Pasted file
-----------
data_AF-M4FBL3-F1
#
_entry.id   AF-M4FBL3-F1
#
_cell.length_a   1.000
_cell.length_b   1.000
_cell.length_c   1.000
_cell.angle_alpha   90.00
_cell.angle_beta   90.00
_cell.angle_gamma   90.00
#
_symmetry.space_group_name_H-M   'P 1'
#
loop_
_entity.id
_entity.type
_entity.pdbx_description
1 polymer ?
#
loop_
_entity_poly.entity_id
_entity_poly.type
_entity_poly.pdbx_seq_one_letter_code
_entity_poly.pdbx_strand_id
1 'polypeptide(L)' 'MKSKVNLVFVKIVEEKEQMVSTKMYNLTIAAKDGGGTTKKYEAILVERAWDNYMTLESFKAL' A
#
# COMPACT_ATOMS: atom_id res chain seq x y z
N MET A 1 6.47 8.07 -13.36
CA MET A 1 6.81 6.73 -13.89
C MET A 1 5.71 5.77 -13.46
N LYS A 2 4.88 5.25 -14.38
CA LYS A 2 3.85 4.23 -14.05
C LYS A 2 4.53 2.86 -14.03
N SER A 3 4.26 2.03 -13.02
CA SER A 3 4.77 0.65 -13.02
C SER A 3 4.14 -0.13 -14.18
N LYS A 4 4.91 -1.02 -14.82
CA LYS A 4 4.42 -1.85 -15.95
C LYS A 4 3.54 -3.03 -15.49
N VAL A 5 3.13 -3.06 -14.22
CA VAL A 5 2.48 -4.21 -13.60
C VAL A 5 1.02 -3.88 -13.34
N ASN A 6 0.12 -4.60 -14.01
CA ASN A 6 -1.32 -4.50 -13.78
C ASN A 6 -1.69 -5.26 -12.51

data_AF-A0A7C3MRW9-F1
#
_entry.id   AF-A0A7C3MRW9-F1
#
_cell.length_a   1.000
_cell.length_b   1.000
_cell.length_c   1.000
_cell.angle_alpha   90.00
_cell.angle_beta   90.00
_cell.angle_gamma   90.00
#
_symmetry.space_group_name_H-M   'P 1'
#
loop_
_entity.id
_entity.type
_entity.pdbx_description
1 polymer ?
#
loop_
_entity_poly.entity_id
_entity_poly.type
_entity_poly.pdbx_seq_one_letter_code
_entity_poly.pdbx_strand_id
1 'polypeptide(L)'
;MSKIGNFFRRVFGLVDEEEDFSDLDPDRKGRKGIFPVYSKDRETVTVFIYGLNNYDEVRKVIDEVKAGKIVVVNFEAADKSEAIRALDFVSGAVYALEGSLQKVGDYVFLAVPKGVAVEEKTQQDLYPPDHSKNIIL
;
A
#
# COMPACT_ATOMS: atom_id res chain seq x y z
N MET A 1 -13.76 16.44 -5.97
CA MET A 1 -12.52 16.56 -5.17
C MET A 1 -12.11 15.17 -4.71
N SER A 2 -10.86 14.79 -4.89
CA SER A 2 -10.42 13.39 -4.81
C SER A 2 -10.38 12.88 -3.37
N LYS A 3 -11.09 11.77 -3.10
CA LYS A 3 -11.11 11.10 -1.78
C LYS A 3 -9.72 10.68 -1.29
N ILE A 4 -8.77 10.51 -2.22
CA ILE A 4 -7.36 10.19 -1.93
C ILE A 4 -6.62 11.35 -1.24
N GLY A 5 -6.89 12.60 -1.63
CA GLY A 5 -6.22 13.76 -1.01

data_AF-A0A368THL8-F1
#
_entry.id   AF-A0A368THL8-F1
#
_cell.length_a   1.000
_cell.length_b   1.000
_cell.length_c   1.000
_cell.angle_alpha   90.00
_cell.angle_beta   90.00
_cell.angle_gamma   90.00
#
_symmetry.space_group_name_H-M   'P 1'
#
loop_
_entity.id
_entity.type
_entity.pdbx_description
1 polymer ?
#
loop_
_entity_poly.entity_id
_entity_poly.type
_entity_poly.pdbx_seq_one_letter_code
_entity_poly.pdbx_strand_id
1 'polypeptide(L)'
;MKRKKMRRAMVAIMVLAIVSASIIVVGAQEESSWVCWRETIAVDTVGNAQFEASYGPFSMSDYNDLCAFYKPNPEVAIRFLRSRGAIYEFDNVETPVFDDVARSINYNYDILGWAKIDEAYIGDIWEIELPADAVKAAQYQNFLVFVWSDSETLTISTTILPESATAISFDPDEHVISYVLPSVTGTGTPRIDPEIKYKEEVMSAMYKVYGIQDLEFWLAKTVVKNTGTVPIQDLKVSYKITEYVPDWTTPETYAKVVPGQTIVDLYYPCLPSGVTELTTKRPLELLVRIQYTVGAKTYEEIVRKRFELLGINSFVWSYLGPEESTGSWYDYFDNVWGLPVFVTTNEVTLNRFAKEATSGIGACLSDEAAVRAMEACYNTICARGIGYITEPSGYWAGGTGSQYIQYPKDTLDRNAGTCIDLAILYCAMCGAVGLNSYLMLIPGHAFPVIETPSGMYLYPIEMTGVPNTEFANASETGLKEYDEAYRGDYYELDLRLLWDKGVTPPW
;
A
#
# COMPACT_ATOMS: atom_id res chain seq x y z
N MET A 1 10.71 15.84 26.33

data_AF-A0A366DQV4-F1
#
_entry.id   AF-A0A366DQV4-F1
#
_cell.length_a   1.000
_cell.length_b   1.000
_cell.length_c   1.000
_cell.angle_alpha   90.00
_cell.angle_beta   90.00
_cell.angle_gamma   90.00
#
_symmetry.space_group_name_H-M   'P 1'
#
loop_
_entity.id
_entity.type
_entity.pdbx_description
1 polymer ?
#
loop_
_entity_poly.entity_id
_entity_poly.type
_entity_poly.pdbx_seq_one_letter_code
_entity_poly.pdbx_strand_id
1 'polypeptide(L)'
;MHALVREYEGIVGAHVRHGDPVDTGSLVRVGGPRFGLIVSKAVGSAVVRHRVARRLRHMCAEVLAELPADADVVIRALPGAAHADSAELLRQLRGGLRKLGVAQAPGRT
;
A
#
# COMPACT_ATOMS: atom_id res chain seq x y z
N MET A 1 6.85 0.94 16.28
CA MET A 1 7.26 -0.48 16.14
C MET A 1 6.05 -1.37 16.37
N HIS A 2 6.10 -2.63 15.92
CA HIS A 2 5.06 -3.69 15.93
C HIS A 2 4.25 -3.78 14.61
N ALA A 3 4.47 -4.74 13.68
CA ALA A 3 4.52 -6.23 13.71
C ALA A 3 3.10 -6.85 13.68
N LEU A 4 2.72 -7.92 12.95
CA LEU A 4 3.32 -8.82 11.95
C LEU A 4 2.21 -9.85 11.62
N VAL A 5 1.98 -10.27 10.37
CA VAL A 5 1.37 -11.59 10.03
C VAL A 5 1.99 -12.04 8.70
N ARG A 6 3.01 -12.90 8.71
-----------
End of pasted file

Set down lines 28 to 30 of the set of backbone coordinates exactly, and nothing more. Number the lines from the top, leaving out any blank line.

N MET A 1 6.47 8.07 -13.36
CA MET A 1 6.81 6.73 -13.89
C MET A 1 5.71 5.77 -13.46